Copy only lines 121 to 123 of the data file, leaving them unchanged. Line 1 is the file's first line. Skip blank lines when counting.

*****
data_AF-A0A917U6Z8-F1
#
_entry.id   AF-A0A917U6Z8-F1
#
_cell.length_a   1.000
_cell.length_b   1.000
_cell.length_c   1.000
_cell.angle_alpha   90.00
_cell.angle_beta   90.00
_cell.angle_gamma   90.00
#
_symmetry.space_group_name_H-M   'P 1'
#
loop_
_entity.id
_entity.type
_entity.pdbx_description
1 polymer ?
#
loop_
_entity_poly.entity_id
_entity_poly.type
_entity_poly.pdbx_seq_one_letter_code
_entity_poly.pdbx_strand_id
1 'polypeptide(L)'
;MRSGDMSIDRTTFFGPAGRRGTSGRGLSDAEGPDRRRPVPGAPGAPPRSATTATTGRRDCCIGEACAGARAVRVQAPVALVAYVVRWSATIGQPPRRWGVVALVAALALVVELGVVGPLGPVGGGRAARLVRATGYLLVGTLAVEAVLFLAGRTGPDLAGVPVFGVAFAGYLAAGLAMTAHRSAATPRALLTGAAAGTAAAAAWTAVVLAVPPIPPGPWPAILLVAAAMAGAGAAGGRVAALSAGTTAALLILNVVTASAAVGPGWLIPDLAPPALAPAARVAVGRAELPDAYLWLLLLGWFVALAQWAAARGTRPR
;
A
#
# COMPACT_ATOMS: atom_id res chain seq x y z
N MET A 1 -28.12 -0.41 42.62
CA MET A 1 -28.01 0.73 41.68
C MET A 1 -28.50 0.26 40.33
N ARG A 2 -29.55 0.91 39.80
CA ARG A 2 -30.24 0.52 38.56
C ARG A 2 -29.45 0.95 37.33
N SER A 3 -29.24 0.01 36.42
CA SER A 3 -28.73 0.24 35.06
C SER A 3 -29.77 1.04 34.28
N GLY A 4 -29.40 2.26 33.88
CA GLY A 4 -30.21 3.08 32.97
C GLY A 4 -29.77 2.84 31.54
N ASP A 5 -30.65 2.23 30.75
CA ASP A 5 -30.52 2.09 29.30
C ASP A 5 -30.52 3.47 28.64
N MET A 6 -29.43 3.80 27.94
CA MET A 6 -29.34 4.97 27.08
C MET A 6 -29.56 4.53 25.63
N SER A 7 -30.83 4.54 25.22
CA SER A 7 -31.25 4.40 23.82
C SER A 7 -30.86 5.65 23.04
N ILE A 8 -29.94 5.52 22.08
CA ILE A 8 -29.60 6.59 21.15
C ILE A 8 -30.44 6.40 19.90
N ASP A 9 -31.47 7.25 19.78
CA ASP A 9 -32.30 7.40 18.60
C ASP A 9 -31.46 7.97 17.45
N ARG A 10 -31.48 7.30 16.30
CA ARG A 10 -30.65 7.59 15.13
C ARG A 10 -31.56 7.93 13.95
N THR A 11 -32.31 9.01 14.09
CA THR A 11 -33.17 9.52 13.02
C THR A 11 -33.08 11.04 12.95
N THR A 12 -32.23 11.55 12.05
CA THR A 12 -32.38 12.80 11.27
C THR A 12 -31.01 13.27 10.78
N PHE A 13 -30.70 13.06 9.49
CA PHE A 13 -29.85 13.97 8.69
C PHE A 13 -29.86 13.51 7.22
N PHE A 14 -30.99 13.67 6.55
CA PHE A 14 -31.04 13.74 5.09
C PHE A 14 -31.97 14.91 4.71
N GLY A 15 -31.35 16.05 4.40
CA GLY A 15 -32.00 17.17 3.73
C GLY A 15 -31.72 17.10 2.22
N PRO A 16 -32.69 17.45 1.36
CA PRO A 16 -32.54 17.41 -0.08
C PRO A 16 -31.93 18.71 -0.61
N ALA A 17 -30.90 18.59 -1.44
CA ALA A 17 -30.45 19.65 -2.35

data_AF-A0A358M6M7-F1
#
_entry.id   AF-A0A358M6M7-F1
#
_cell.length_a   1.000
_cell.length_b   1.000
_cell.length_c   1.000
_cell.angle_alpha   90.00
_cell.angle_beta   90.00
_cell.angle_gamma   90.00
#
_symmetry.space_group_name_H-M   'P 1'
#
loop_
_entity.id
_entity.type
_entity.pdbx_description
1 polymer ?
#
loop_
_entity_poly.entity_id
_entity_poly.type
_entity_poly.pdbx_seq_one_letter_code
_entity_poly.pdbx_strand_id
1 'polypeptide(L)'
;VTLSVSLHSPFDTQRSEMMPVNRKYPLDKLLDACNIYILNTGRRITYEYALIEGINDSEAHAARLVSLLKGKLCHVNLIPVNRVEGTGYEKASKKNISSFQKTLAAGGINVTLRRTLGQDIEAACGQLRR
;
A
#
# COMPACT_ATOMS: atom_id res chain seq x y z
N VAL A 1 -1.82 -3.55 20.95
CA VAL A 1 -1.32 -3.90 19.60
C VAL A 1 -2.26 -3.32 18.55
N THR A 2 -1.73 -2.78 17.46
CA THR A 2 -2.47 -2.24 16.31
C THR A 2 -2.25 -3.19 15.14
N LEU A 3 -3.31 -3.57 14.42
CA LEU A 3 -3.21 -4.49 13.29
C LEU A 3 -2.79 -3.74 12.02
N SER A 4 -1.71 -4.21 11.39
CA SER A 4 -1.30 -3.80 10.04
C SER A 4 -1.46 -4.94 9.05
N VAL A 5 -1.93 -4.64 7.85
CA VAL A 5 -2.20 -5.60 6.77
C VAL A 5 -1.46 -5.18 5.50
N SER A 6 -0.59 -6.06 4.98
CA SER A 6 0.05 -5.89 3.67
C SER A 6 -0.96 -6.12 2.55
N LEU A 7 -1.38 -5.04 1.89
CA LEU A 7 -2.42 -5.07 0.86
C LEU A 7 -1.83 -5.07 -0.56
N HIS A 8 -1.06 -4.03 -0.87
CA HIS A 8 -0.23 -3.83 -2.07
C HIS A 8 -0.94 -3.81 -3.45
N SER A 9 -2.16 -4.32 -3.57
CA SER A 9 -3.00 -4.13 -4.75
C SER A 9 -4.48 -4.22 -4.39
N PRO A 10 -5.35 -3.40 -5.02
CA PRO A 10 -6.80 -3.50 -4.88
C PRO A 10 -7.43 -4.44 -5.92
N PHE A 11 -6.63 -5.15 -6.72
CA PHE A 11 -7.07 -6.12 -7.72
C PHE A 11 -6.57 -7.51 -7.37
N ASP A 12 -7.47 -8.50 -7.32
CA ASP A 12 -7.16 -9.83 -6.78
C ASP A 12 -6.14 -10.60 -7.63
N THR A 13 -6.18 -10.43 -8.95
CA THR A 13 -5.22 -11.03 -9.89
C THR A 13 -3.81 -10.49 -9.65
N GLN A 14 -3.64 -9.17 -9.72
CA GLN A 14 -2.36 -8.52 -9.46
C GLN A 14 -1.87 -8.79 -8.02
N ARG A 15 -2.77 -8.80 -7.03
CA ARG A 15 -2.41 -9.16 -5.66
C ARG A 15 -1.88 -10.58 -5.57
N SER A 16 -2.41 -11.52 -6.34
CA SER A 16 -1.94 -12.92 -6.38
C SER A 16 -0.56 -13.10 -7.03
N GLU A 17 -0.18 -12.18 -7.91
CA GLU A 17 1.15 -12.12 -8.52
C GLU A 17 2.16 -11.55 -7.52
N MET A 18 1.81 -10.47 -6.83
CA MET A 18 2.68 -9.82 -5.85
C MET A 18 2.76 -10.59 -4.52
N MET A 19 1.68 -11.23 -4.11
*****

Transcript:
CA SER A 4 -1.30 -3.80 10.04
C SER A 4 -1.46 -4.94 9.05
N VAL A 5 -1.93 -4.64 7.85